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Last of the Kaamatan Bobohizan: Traditions fade away as modernisation, other religions overshadow ancient rituals

A group of Bobohizan priests perform the Magavau ritual during the harvest festival that Sabah’s indigenous tribes celebrate today and tomorrow. – Scoop pic, May 30, 2024

“As Sabah celebrates harvest festival, the cultural heritage of the Bobohizan priests is at risk, with few facing a battle to preserve their dying tradition.”

PENAMPANG – At night and in secrecy, a group of five Kadazandusun priests, called Bobohizan, gathered recently to observe a rite traditionally performed during the harvest festival, Kaamatan, which is celebrated by Sabah’s indigenous tribes today and tomorrow.

The private event held at the Kadazandusun Cultural Association (KDCA) village here saw five Bobohizans from different parts of the state perform the Magavau ritual, which is the calling for the return of the rice spirit, Bambazon.

Right before the ritual began, Sabah Bobohizan Association secretary Angelica Suimin told Scoop not to share videos of the priests chanting on social media.

“We don’t want it going viral and have people start calling us names, saying that we are worshipping ‘Satan’, because it happened in the past,” she said.

It was a sad note about the reality of these dying traditions that Kadazandusun elders are trying to pass on to the next generation. Social media would have been one of the ways to promote heritage, but the use of such platforms has opened those trying to preserve culture to misunderstanding and ridicule.

The KDCA has about 200 members, most of whom are ordinary Kadazandusun people. Only a few are actual Bobohizan who undertake rituals.

Kadazandusun priests are called by different names in different parts of Sabah, and they also perform different rituals. The term “Bobohizan” is used by people mainly in the Penampang area.

Their services are called upon on special occasions such as weddings (Miohon Pinisi) and padi harvesting (Magavau).

However, the number of practicing Bobohizans has declined dramatically over the last 50 years, coinciding with modernisation and the rise of other religions.

Traditional rituals performed by Bobohizans that involve chanting and spirit-calling are shunned, especially in Christianity and Islam.

A matter of self-identity

One young Bobohizan apprentice disagrees that traditional culture and religion cannot co-exist.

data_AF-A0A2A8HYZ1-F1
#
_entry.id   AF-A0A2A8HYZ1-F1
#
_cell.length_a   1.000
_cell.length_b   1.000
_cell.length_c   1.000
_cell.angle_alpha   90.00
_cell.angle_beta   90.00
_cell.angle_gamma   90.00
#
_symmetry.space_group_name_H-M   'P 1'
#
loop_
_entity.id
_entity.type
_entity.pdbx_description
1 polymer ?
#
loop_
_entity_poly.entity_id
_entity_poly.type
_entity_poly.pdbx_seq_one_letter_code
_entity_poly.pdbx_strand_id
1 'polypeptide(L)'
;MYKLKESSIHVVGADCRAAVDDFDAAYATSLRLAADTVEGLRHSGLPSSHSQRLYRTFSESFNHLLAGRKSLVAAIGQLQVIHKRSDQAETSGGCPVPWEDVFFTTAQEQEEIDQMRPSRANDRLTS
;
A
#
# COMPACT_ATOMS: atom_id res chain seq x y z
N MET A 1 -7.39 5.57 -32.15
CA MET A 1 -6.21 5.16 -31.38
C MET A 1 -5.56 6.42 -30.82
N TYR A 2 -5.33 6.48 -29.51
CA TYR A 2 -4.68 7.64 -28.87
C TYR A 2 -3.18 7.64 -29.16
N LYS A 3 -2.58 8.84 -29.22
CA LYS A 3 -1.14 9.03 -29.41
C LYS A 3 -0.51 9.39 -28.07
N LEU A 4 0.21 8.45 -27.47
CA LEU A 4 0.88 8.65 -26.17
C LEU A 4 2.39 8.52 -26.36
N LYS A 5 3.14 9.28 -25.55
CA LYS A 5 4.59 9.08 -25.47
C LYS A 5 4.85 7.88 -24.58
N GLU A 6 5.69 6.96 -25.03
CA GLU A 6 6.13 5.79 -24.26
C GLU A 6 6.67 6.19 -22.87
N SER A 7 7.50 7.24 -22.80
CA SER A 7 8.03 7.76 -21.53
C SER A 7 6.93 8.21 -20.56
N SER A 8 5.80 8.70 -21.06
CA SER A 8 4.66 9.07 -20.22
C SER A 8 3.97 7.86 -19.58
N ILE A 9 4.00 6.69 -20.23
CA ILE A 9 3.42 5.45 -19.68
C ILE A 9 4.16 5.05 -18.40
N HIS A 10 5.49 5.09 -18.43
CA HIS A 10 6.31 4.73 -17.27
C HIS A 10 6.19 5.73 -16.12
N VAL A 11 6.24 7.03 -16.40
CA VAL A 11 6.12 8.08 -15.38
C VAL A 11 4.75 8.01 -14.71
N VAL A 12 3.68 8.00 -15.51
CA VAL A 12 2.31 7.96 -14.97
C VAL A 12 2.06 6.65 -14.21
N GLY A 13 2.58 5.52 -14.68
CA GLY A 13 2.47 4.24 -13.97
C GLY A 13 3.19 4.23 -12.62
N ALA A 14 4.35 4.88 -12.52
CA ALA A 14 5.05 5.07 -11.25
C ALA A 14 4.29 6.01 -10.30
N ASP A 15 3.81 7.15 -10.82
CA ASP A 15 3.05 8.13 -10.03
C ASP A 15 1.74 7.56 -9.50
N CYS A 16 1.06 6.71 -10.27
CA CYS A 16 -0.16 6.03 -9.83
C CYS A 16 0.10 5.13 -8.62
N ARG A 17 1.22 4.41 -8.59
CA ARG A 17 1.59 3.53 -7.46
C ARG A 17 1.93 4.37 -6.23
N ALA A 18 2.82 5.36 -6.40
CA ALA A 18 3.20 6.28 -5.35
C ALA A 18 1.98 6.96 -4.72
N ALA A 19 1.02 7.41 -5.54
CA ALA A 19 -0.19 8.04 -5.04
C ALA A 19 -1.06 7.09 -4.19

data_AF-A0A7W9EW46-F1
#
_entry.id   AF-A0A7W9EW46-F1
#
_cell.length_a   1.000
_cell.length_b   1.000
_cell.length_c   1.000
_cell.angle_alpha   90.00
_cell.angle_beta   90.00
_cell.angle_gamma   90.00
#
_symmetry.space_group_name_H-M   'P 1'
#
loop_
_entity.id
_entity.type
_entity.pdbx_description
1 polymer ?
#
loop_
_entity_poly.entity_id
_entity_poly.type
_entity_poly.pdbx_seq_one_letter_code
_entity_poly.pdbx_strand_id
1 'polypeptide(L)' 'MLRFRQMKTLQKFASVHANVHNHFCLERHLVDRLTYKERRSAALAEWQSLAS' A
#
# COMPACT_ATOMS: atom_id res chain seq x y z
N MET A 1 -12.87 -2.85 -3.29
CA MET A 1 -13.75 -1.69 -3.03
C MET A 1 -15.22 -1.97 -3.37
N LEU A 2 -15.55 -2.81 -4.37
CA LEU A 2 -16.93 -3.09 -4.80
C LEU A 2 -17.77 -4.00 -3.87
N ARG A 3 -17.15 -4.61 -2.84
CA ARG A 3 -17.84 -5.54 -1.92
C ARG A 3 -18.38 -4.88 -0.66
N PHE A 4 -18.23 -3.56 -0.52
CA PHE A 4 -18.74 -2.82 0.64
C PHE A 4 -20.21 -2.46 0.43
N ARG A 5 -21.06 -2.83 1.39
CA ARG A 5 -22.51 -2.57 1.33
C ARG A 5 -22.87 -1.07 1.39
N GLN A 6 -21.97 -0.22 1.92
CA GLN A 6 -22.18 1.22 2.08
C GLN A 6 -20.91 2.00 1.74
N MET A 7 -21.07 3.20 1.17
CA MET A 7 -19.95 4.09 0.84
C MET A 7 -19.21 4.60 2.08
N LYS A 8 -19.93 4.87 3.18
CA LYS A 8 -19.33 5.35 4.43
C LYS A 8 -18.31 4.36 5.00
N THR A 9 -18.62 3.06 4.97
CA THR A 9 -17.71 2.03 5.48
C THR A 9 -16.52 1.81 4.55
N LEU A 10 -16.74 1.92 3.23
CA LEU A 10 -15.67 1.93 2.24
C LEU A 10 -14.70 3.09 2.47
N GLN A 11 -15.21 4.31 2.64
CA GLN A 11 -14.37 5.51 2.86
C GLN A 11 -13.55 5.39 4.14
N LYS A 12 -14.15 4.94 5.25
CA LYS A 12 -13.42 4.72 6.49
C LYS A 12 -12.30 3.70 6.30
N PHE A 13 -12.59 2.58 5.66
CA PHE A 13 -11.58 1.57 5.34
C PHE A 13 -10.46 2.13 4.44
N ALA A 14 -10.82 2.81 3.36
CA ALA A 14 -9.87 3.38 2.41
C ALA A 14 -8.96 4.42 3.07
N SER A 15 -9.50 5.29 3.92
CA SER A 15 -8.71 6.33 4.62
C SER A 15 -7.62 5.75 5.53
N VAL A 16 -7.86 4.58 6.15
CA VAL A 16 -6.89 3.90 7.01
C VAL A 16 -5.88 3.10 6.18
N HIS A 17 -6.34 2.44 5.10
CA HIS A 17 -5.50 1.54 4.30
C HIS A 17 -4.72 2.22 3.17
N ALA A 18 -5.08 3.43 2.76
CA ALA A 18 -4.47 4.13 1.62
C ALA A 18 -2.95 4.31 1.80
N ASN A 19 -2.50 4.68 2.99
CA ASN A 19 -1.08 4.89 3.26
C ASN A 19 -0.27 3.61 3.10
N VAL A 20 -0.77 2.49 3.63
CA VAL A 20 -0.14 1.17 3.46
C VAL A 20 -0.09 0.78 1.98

Nicholas Anthony Chong, 32, is a Catholic who is comfortable learning the traditional rituals of Kadazandusun priests, which involve communicating with spirits.

He said Catholic churches in Sabah have acknowledged and allowed church members to perform traditional rituals after going through a synodal process that involves consultations and conferences to reach decisions on issues affecting the church.

Religion and cultural traditions can co-exist because rituals have always been a way for people to connect with the spirit world, higher beings, or nature, he said.

“Bobohizans are the priests of Kinohingan, who is the God who created everything, so people may ‘demonise’ this because they come from a religious perspective.

“But I think people should understand that tradition was already here before any religion. Our ancestors had performed the rituals for hundreds of years. The rituals are simply for people to connect with nature; it is not worshipping Satan,” Chong said.

Chong also clarified that food served during rituals is not meant to feed the spirits but is part of the traditional rites performed by Kadazandusun ancestors.

Adam Gontusan, 33, meanwhile, believes his generation has the last Bobohizan in Penampang, as older priests have passed away.

He still considers himself and another priest to be novices. 

“We are still learning, but our teachers have passed away. We can only perform certain rituals, not all of them. There are many others we have not learned. Those who are gone, know.”

Gontusan said one day all rituals will stop being practiced “because we won’t have people continuing them anymore”.

“What we can do is only document what we know for the next generation to observe,” he said.

Gontusan also wants the public to know that Bobohizans do not practice black magic, and they are priests for the traditional Kadazan religion called Momolian.

KDCA’s Suimin said she hopes Kadazandusun people, especially the youth, will start learning about traditional practices and rituals as a part of learning about their self-identity.

“We have a new generation that is confused; they are influenced by other people’s cultures and they do not know that they have their own culture. 

“I believe that once they learn about their own culture, we will be able to create a new generation with high self-esteem and confidence because they know more about themselves and have their own identity.

“I hope Kadazandusun parents would be more open to encouraging their children to explore and learn the history of their race, as well as the customs and traditions of the Kadazandusun,” she said. – May 30, 2024

Editor: This article by Rebecca Chong has appeared in the

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